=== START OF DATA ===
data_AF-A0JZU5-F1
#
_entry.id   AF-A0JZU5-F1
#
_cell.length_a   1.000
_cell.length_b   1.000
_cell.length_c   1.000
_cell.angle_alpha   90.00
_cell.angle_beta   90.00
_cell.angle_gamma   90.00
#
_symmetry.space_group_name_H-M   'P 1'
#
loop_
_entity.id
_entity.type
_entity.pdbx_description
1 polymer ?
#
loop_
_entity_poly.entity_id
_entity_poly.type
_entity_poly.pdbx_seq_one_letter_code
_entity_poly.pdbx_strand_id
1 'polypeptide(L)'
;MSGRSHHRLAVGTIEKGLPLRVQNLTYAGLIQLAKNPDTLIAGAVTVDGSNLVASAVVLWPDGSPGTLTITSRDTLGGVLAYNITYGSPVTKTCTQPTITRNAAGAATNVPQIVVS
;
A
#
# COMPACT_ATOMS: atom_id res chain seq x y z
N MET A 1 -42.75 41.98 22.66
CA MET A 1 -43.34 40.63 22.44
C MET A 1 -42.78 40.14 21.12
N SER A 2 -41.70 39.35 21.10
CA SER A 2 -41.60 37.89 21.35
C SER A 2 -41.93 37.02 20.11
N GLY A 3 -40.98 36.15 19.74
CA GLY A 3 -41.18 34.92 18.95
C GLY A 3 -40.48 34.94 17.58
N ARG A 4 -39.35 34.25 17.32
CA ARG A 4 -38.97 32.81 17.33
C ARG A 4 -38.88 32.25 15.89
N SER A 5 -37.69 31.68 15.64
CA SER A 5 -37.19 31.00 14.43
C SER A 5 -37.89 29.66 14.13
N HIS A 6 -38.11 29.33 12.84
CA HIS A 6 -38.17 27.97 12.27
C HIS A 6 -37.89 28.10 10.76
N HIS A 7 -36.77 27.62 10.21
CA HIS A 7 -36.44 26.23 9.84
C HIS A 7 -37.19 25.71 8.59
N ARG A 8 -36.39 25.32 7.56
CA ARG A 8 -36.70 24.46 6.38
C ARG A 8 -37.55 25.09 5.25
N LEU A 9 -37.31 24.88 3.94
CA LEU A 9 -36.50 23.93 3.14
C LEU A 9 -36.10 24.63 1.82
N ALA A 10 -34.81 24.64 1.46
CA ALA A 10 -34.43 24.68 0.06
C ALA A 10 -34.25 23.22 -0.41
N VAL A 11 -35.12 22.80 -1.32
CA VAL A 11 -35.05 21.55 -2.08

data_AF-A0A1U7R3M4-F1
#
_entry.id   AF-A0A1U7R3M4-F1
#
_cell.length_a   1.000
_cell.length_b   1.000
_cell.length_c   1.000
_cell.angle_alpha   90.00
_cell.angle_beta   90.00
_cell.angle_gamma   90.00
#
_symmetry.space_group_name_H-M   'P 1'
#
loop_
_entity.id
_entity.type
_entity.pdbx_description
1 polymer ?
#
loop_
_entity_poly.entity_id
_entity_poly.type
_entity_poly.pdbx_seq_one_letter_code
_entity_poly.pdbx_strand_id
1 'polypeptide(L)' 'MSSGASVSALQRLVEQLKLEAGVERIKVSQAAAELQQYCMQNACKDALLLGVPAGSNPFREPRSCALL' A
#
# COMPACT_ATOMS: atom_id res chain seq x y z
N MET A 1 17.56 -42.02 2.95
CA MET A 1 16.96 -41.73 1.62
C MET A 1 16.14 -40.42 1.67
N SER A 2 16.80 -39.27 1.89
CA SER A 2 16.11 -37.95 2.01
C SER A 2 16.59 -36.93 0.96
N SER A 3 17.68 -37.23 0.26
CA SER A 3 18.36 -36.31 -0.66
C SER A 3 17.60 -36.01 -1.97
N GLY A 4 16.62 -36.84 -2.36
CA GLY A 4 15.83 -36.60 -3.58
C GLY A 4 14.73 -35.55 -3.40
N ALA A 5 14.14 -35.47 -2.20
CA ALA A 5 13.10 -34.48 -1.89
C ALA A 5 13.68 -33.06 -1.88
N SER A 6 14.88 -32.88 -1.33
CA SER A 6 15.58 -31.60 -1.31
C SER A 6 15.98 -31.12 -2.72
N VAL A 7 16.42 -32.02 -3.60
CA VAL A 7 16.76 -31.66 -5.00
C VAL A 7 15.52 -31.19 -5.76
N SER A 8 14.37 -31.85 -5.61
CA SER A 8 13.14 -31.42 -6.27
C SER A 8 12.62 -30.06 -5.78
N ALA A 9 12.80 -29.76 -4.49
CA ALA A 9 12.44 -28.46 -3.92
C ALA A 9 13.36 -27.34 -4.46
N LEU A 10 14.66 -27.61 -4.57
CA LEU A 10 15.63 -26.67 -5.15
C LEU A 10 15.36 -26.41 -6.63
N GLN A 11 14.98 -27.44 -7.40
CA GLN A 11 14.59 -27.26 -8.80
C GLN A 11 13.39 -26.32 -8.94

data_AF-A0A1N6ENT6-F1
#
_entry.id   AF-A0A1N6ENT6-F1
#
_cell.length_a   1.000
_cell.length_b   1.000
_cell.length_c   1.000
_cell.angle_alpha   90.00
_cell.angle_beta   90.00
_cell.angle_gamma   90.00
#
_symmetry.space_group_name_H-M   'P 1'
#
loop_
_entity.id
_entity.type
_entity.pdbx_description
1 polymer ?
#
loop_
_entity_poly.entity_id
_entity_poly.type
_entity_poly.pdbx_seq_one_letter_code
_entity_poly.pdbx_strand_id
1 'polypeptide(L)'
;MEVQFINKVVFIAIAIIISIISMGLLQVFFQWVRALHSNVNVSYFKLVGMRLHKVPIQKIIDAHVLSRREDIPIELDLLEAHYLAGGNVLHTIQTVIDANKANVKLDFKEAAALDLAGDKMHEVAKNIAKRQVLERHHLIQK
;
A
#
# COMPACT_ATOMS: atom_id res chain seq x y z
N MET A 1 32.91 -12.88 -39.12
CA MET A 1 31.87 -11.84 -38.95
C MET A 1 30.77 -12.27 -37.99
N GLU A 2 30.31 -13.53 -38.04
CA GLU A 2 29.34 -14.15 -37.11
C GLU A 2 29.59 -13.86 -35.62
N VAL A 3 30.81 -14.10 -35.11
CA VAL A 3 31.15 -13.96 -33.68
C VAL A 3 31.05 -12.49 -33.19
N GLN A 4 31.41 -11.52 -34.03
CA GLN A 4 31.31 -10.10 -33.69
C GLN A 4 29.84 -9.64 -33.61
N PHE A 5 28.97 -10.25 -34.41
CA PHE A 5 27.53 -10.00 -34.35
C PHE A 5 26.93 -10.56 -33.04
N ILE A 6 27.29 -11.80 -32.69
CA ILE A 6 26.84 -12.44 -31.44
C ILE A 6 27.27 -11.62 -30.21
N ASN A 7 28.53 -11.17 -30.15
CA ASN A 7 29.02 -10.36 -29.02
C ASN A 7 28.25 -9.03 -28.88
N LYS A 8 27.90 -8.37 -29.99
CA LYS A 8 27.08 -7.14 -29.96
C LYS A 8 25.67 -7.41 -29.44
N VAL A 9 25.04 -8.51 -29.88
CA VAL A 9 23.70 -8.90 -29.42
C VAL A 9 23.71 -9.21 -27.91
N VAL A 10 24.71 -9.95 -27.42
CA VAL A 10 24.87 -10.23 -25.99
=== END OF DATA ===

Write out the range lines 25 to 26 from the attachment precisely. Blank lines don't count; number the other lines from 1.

1 'polypeptide(L)'
;MSGRSHHRLAVGTIEKGLPLRVQNLTYAGLIQLAKNPDTLIAGAVTVDGSNLVASAVVLWPDGSPGTLTITSRDTLGGVLAYNITYGSPVTKTCTQPTITRNAAGAATNVPQIVVS